New Jobs Report Shows Unemployment Back to Pre-Pandemic Levels

The better-than-expected employment numbers are fueling investors' inflation fears and causing the stock market to fall.


A jobs report released today by the federal government shows that employment has mostly recovered from the dark days of COVID-induced mass joblessness and that inflation may get worse.

The latest figures released by the U.S. Department of Labor's Bureau of Labor Statistics (BLS) show that the economy added 528,000 jobs in July, bringing the unemployment rate down to just 3.5 percent. The number of unemployed people fell to 5.7 million, while average hourly earnings grew 5.2 percent.

That brings the unemployment numbers back to where they were in February 2020. Hiring by leisure and hospitality businesses drove these latest gains, according to BLS, although overall employment in that industry remains slightly below pre-pandemic levels. The labor force participation rate is also below pre-pandemic numbers.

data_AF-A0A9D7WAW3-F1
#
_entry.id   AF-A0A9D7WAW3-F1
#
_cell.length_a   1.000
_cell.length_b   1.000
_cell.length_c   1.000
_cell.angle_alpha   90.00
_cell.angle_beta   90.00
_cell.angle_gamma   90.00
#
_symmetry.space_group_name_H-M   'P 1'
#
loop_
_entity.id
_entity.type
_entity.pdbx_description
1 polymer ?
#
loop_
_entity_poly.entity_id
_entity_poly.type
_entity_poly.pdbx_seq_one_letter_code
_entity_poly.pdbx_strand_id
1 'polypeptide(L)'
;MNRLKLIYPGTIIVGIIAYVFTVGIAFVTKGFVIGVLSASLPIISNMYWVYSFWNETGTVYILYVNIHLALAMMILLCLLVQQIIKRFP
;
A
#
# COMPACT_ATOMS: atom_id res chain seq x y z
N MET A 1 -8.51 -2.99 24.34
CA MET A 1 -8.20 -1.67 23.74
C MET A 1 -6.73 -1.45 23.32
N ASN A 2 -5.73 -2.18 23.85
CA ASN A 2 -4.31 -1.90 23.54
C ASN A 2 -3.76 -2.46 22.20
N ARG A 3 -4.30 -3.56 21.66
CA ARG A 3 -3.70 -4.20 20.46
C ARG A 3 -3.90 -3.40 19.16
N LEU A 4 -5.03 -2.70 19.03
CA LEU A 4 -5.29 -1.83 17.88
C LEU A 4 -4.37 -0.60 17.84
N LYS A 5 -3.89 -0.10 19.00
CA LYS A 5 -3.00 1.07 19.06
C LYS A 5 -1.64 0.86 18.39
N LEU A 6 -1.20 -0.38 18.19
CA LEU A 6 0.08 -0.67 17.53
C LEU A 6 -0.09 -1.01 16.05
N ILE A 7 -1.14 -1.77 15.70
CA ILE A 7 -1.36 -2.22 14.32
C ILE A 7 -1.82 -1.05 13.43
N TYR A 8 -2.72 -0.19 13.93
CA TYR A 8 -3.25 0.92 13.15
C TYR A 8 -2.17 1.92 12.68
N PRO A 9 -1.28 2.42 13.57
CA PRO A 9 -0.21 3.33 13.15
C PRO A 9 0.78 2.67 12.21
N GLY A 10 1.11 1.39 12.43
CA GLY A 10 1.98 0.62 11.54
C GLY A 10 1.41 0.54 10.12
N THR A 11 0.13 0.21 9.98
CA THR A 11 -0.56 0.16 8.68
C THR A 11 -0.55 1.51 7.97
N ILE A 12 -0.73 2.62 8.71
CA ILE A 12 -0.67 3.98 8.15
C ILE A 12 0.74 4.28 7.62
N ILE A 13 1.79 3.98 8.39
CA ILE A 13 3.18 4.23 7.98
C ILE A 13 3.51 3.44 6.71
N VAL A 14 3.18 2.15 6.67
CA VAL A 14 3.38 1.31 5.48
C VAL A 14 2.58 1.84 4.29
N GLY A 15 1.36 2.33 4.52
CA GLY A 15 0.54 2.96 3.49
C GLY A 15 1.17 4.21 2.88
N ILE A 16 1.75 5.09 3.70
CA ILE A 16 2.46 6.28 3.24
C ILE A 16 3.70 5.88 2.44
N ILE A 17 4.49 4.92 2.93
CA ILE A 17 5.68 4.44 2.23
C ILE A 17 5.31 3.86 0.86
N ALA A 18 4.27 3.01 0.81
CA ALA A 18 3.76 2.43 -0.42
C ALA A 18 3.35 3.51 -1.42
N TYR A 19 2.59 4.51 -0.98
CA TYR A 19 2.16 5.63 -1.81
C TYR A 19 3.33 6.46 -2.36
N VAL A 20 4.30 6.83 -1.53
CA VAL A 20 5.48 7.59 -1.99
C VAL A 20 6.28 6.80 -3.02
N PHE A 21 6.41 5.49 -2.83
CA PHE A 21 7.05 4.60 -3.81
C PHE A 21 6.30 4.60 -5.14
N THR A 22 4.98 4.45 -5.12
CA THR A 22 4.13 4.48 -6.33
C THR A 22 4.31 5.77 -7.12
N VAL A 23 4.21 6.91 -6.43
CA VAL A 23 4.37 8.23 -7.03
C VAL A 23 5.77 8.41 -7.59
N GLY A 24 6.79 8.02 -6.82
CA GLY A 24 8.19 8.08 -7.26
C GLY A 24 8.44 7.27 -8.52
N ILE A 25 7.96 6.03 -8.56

In a sign of our weird times, stock markets declined at the otherwise good news. The Wall Street Journal chalked this up to fears among investors that the hot economy will prompt the Federal Reserve to hike interest rates more quickly to combat persistent inflation.

"Another month of mostly good labor market news adds another wrinkle to 'are we, or aren't we' recession debate. GDP is shrinking and inflation is high, yet the labor market remains strong," says Competitive Enterprise Institute Senior Fellow Ryan Young. He notes that the lower labor force participation rate means the workforce is still 2 million people smaller than it was pre-pandemic.

A Bureau of Labor Statistics report from last month shows inflation, as measured by the consumer price index (CPI), is running at 9.1 percent in June. That's up from the previous month, and the highest inflation has been in 40 years.

The Federal Reserve hiked the federal funds rate .75 percent last month in an effort to curb inflation. It previously did the same thing in June.

Democrats in Congress are pushing their Inflation Reduction Act, which includes a host of new tax and spending increases, to curb ever-rising prices. An analysis by the University of Pennsylvania's Penn Wharton Budget Model shows the bill would do nothing to curb inflation in the long term and might even increase inflation in the short term.

Young said in a statement increasing immigration and reforming occupational licensing laws would allow more people to find work while the Fed uses rate hikes to get inflation under control.